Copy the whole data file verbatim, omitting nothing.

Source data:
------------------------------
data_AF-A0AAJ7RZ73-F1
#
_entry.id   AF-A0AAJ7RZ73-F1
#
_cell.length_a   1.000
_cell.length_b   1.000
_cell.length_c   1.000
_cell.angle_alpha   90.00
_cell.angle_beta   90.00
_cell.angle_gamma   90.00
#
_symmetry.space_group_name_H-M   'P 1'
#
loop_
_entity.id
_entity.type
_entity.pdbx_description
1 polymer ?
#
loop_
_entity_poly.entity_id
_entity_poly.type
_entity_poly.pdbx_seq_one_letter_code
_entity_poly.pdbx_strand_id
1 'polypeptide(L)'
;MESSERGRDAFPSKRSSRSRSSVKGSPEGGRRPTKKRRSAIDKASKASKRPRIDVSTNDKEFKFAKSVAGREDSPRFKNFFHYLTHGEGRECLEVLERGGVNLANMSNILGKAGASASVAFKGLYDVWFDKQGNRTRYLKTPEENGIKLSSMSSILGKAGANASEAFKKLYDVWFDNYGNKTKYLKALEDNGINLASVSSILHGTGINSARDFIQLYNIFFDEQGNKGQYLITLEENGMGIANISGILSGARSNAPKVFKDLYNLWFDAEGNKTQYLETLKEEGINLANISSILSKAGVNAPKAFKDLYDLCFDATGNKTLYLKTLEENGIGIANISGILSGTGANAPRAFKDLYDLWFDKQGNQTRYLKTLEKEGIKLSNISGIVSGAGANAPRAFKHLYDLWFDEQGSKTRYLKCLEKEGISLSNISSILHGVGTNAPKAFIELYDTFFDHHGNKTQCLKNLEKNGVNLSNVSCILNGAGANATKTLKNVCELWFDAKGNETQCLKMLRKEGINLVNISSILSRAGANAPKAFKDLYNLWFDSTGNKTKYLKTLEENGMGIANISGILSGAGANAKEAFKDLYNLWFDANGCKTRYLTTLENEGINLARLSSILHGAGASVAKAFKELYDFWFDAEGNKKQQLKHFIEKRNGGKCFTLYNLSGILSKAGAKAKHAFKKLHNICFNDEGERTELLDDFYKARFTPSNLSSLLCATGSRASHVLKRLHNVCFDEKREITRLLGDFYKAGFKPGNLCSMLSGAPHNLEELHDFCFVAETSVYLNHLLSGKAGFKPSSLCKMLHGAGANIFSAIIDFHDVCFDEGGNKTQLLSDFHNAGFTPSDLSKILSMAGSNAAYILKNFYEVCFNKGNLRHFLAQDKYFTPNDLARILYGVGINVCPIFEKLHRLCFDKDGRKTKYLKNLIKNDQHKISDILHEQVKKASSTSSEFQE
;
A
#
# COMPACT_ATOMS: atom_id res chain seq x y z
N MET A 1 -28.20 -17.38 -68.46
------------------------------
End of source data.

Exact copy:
data_AF-A0AAJ7RZ73-F1
#
_entry.id   AF-A0AAJ7RZ73-F1
#
_cell.length_a   1.000
_cell.length_b   1.000
_cell.length_c   1.000
_cell.angle_alpha   90.00
_cell.angle_beta   90.00
_cell.angle_gamma   90.00
#
_symmetry.space_group_name_H-M   'P 1'
#
loop_
_entity.id
_entity.type
_entity.pdbx_description
1 polymer ?
#
loop_
_entity_poly.entity_id
_entity_poly.type
_entity_poly.pdbx_seq_one_letter_code
_entity_poly.pdbx_strand_id
1 'polypeptide(L)'
;MESSERGRDAFPSKRSSRSRSSVKGSPEGGRRPTKKRRSAIDKASKASKRPRIDVSTNDKEFKFAKSVAGREDSPRFKNFFHYLTHGEGRECLEVLERGGVNLANMSNILGKAGASASVAFKGLYDVWFDKQGNRTRYLKTPEENGIKLSSMSSILGKAGANASEAFKKLYDVWFDNYGNKTKYLKALEDNGINLASVSSILHGTGINSARDFIQLYNIFFDEQGNKGQYLITLEENGMGIANISGILSGARSNAPKVFKDLYNLWFDAEGNKTQYLETLKEEGINLANISSILSKAGVNAPKAFKDLYDLCFDATGNKTLYLKTLEENGIGIANISGILSGTGANAPRAFKDLYDLWFDKQGNQTRYLKTLEKEGIKLSNISGIVSGAGANAPRAFKHLYDLWFDEQGSKTRYLKCLEKEGISLSNISSILHGVGTNAPKAFIELYDTFFDHHGNKTQCLKNLEKNGVNLSNVSCILNGAGANATKTLKNVCELWFDAKGNETQCLKMLRKEGINLVNISSILSRAGANAPKAFKDLYNLWFDSTGNKTKYLKTLEENGMGIANISGILSGAGANAKEAFKDLYNLWFDANGCKTRYLTTLENEGINLARLSSILHGAGASVAKAFKELYDFWFDAEGNKKQQLKHFIEKRNGGKCFTLYNLSGILSKAGAKAKHAFKKLHNICFNDEGERTELLDDFYKARFTPSNLSSLLCATGSRASHVLKRLHNVCFDEKREITRLLGDFYKAGFKPGNLCSMLSGAPHNLEELHDFCFVAETSVYLNHLLSGKAGFKPSSLCKMLHGAGANIFSAIIDFHDVCFDEGGNKTQLLSDFHNAGFTPSDLSKILSMAGSNAAYILKNFYEVCFNKGNLRHFLAQDKYFTPNDLARILYGVGINVCPIFEKLHRLCFDKDGRKTKYLKNLIKNDQHKISDILHEQVKKASSTSSEFQE
;
A
#
# COMPACT_ATOMS: atom_id res chain seq x y z
N MET A 1 -28.20 -17.38 -68.46